This weekend I got a bit of time to work so I did a little painting on the lathe bed and headstock. More interestingly I got into full dis-assembly mode. I stripped the apron, quick change gear box and the ratio gear box down to the castings with the goals of:
Finding any parts that need work
Replacing most bearings/evaluating any bushings
cleaning all parts thoroughly (there is years and years of grime everywhere)
The good news is that the vast majority of parts were found in dirty, but otherwise decent condition. The bad news is there are a couple that are going to need work. The major one is part of the single tooth clutch forward reverse assembly. As can be seen in the photo below a major part was completely cracked down the center. Amazingly the clutch still worked fine in this condition as everything was held together. This one is going to be a pain to make...tapers, keyways, etc. It is doable though. Pretty far beyond any welding/ brazing repair! Any recommendations on material and hardness on this piece???
The only other problems were a chipped gear in the quick change box and the worn spur gear of the rack and pinion that I had pictures of earlier.
For those who are interested in such things here are some pictures of the various parts, now waiting to be cleaned:
First is the apron with the cover off
And the apron parts
Quick change gear box parts
Ratio Box parts
And finally a picture of the worn spur gear from the rack and pinion that I am still figuring out what to do with. I found a local gear shop that thinks they can cut it for about 2-3 hours shop rate if I supply a blank. That is if the have the cutter, otherwise they rent it from Ash gear or someplace similar for a 100-200 bucks. Still pondering this one.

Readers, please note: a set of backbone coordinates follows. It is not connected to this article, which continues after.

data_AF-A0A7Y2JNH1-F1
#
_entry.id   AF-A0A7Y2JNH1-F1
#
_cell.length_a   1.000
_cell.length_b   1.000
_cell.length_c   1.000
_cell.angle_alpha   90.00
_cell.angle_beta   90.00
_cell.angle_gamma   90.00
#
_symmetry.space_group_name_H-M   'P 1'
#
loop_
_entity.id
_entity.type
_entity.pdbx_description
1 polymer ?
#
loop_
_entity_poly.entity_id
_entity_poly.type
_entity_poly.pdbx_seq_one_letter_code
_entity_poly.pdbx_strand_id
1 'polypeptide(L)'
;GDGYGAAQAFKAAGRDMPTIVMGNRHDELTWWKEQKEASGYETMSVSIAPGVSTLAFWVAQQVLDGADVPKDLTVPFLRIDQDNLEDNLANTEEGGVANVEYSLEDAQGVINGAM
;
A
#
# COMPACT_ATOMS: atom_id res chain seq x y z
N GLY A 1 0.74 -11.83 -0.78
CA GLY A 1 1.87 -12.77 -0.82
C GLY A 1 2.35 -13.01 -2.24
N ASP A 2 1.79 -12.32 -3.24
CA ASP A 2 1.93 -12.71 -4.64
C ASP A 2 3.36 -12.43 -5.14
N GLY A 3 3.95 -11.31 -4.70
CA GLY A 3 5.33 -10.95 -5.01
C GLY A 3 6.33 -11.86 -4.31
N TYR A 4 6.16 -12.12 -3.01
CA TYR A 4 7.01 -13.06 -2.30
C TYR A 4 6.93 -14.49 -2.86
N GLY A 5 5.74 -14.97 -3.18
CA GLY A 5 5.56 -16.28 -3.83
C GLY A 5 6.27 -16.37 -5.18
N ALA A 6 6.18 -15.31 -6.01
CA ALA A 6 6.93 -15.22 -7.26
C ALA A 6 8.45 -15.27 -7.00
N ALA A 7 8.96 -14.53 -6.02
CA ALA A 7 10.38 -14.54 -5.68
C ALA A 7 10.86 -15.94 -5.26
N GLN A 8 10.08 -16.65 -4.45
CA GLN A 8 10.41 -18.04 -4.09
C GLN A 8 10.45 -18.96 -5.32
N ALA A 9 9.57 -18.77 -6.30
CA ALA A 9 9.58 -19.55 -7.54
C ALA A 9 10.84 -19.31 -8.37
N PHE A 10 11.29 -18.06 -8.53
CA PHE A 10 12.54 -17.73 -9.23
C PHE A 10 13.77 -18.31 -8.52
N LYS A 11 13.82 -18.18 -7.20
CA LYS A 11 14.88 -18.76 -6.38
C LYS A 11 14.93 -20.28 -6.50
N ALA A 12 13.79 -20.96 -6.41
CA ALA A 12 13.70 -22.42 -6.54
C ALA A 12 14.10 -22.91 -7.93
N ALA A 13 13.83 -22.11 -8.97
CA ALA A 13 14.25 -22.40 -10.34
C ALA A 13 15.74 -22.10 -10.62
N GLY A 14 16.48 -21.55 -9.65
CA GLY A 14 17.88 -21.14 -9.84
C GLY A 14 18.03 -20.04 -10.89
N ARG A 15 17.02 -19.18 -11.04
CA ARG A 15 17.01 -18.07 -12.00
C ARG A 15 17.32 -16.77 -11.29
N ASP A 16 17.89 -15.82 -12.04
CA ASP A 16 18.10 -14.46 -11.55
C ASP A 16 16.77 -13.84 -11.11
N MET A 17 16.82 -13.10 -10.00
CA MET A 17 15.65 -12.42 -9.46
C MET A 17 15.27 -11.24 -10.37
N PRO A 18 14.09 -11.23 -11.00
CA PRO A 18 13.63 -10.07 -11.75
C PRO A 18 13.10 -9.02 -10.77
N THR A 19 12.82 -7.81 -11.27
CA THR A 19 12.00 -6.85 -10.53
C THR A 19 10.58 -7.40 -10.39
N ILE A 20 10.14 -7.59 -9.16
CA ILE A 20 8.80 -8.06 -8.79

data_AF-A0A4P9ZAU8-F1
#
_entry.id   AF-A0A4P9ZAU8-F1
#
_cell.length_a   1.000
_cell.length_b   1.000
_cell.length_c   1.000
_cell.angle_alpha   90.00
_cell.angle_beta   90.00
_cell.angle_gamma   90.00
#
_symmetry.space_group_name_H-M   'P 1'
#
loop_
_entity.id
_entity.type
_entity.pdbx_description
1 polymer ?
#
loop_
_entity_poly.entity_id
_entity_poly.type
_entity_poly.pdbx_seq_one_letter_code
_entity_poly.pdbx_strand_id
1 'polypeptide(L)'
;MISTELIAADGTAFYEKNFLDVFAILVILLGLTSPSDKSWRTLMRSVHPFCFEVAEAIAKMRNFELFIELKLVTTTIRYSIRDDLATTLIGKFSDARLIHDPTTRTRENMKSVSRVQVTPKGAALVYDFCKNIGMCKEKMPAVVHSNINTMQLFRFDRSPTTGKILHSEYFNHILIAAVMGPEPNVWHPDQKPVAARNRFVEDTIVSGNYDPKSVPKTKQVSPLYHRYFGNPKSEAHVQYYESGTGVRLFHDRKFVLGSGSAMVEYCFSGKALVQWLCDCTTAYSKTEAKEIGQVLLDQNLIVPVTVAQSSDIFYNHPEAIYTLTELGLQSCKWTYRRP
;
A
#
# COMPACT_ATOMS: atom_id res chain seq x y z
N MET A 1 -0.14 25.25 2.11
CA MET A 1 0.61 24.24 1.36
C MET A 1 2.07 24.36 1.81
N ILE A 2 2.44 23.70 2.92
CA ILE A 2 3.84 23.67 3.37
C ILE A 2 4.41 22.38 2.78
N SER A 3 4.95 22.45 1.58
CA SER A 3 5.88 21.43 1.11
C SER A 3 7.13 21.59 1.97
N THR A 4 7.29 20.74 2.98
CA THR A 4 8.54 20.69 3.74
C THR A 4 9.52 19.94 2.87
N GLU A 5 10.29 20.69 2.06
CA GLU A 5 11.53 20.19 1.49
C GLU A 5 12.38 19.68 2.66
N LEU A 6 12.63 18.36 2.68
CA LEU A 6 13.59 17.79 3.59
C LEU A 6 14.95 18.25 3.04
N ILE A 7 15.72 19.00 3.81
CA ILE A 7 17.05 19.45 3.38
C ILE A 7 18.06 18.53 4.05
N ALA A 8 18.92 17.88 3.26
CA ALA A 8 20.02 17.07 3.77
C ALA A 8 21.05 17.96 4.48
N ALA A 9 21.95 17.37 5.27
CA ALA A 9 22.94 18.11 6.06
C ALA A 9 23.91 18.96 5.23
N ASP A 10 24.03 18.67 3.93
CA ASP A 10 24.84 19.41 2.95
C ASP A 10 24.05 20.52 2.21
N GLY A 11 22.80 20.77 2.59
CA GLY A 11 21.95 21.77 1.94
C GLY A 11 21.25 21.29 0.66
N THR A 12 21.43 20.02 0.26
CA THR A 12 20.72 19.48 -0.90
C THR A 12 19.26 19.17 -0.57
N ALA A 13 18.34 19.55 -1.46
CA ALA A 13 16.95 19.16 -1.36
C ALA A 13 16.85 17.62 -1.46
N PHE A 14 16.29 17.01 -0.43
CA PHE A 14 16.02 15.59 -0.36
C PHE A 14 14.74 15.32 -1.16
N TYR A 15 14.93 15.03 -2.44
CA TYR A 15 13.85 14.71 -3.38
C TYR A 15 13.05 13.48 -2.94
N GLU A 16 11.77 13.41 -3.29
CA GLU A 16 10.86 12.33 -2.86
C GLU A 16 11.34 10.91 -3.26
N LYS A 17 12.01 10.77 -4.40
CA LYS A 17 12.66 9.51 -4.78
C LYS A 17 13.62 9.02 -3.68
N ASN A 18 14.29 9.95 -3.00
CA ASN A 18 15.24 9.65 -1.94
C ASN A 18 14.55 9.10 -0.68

Some other somewhat interesting photos (to me anyway and hopefully some others out there)
Looks like this lathes first home was at New Britain in December 42 from that asset tag. Hopefully it will be back to its old self by its 70th year anniversary!
if you have .040 or more of drop, that sounds like doing it all the hardest way possible.
Originally Posted by pmtool
Bring each point affected by the re-grind BACK to original position, be it shimming saddle, headstock, or tailstock - and you have nought else to alter.
If avoiding Turcite or Moglice is a goal, (dunno why..) ..then cast-iron or bronze, made replaceable.
With decent wipers, proper cleanliness and lube, it won't need replacement for many years, and if you put aside a slightly over-thick spare set, Sod's Law sez never...
That should eliminate the need for any changes to apron, shafting or gearing. All of which, BTW, create a bit of a Frankenlathe for the next tune-up. Possibly one you will be doing.